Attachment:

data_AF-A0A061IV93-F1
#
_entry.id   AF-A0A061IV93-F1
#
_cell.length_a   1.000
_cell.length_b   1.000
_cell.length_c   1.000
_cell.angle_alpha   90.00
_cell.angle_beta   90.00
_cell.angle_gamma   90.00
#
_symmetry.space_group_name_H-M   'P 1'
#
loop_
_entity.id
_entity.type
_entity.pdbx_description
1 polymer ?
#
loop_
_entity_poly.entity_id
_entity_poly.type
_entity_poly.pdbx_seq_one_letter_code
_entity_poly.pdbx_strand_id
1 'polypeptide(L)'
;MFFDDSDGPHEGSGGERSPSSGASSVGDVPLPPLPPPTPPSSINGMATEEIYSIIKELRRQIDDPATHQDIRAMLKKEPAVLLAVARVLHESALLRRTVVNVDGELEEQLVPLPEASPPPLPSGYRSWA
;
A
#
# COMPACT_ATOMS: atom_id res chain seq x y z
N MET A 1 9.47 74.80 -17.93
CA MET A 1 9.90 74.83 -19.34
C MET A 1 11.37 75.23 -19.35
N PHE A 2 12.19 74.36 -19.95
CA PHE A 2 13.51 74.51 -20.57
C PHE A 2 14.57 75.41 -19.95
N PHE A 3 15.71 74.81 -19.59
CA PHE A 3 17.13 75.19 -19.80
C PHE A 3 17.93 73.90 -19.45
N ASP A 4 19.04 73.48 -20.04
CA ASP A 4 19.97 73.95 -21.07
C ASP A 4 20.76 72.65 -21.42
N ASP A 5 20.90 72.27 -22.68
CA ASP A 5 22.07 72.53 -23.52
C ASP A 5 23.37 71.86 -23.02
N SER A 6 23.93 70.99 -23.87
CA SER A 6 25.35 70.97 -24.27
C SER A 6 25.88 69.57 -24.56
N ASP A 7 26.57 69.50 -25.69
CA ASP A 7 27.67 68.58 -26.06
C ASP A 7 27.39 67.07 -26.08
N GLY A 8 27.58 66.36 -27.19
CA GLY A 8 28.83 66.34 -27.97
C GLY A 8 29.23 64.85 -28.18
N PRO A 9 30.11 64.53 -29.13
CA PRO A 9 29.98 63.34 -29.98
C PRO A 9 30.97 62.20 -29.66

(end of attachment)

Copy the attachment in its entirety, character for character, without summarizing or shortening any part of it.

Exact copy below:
data_AF-A0A061IV93-F1
#
_entry.id   AF-A0A061IV93-F1
#
_cell.length_a   1.000
_cell.length_b   1.000
_cell.length_c   1.000
_cell.angle_alpha   90.00
_cell.angle_beta   90.00
_cell.angle_gamma   90.00
#
_symmetry.space_group_name_H-M   'P 1'
#
loop_
_entity.id
_entity.type
_entity.pdbx_description
1 polymer ?
#
loop_
_entity_poly.entity_id
_entity_poly.type
_entity_poly.pdbx_seq_one_letter_code
_entity_poly.pdbx_strand_id
1 'polypeptide(L)'
;MFFDDSDGPHEGSGGERSPSSGASSVGDVPLPPLPPPTPPSSINGMATEEIYSIIKELRRQIDDPATHQDIRAMLKKEPAVLLAVARVLHESALLRRTVVNVDGELEEQLVPLPEASPPPLPSGYRSWA
;
A
#
# COMPACT_ATOMS: atom_id res chain seq x y z
N MET A 1 9.47 74.80 -17.93
CA MET A 1 9.90 74.83 -19.34
C MET A 1 11.37 75.23 -19.35
N PHE A 2 12.19 74.36 -19.95
CA PHE A 2 13.51 74.51 -20.57
C PHE A 2 14.57 75.41 -19.95
N PHE A 3 15.71 74.81 -19.59
CA PHE A 3 17.13 75.19 -19.80
C PHE A 3 17.93 73.90 -19.45
N ASP A 4 19.04 73.48 -20.04
CA ASP A 4 19.97 73.95 -21.07
C ASP A 4 20.76 72.65 -21.42
N ASP A 5 20.90 72.27 -22.68
CA ASP A 5 22.07 72.53 -23.52
C ASP A 5 23.37 71.86 -23.02
N SER A 6 23.93 70.99 -23.87
CA SER A 6 25.35 70.97 -24.27
C SER A 6 25.88 69.57 -24.56
N ASP A 7 26.57 69.50 -25.69
CA ASP A 7 27.67 68.58 -26.06
C ASP A 7 27.39 67.07 -26.08
N GLY A 8 27.58 66.36 -27.19
CA GLY A 8 28.83 66.34 -27.97
C GLY A 8 29.23 64.85 -28.18
N PRO A 9 30.11 64.53 -29.13
CA PRO A 9 29.98 63.34 -29.98
C PRO A 9 30.97 62.20 -29.66